To prepare to play at the college level, Goodwin stayed dedicated to the game, continuing his tradition of practicing five days a week which he started when he was 12. He added that playing against opponents in tournaments in the area growing up also helped prepare him for more serious play.
In his freshman year at Emory, Goodwin was named the 2009 National Rookie of the Year. By the end of his time in college, Goodwin was named Emory’s all-time leader with 100 singles victories with a .806 winning percentage, which is ranked fifth on Emory’s all-time chart. He is one of only two Emory men to win the NCAA Division III Singles, defeating teammate Dillon Pottish. Goodwin also holds the school’s record 95 doubles victories.
After years of competitive tennis, Goodwin returned to MD and currently teaches at Herbert Hoover Middle School in Potomac, Maryland.
“I thought it would be good to be a world studies teacher and just being in the classroom felt right, felt natural and I’ve really been enjoying it since I started,” Goodwin said.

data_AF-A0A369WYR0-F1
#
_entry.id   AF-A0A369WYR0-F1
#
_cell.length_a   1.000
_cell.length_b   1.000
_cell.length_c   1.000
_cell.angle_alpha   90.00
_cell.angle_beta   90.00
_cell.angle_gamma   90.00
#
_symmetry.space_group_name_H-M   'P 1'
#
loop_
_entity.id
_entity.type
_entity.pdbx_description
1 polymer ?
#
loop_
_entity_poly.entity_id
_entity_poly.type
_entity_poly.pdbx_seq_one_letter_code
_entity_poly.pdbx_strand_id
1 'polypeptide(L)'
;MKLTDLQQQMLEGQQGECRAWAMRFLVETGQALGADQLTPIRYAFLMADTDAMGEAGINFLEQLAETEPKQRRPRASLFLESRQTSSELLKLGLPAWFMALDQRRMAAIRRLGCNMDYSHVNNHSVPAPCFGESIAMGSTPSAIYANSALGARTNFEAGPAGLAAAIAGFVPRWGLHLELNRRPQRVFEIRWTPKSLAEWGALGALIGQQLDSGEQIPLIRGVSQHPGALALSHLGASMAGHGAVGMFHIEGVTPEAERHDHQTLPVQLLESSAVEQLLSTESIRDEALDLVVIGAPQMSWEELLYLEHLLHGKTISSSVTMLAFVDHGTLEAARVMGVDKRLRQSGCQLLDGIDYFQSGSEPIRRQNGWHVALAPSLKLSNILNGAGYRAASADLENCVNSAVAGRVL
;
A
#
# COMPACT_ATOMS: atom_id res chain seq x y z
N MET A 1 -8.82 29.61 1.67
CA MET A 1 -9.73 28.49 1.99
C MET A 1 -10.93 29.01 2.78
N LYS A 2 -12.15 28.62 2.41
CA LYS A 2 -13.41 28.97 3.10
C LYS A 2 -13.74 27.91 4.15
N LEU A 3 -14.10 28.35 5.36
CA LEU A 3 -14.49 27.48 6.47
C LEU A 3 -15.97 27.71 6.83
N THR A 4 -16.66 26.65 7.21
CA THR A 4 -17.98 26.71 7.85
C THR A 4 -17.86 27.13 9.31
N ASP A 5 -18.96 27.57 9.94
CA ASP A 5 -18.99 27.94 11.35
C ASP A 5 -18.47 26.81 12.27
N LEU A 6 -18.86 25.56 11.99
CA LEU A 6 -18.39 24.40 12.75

Jovi McAndrew (“86)
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Jovi McAndrew (“86) is one of many great RHS alumni who played football and baseball, but one of few who earned such distinguished recognition and success.
McAndrew played quarterback for football and second base for baseball and was awarded the prestigious All-Met All-County honor his senior year for his baseball performance. He also helped bring the RHS varsity baseball team to the state playoffs for three consecutive years: his sophomore, junior and senior years.
McAndrew played JV football his first two years of high school, and then varsity his last two years. For baseball, McAndrew played one year on JV baseball and then the rest of his high school career on varsity.
While at RHS, McAndrew had many invaluable memories and lessons, most of which were derived from sports.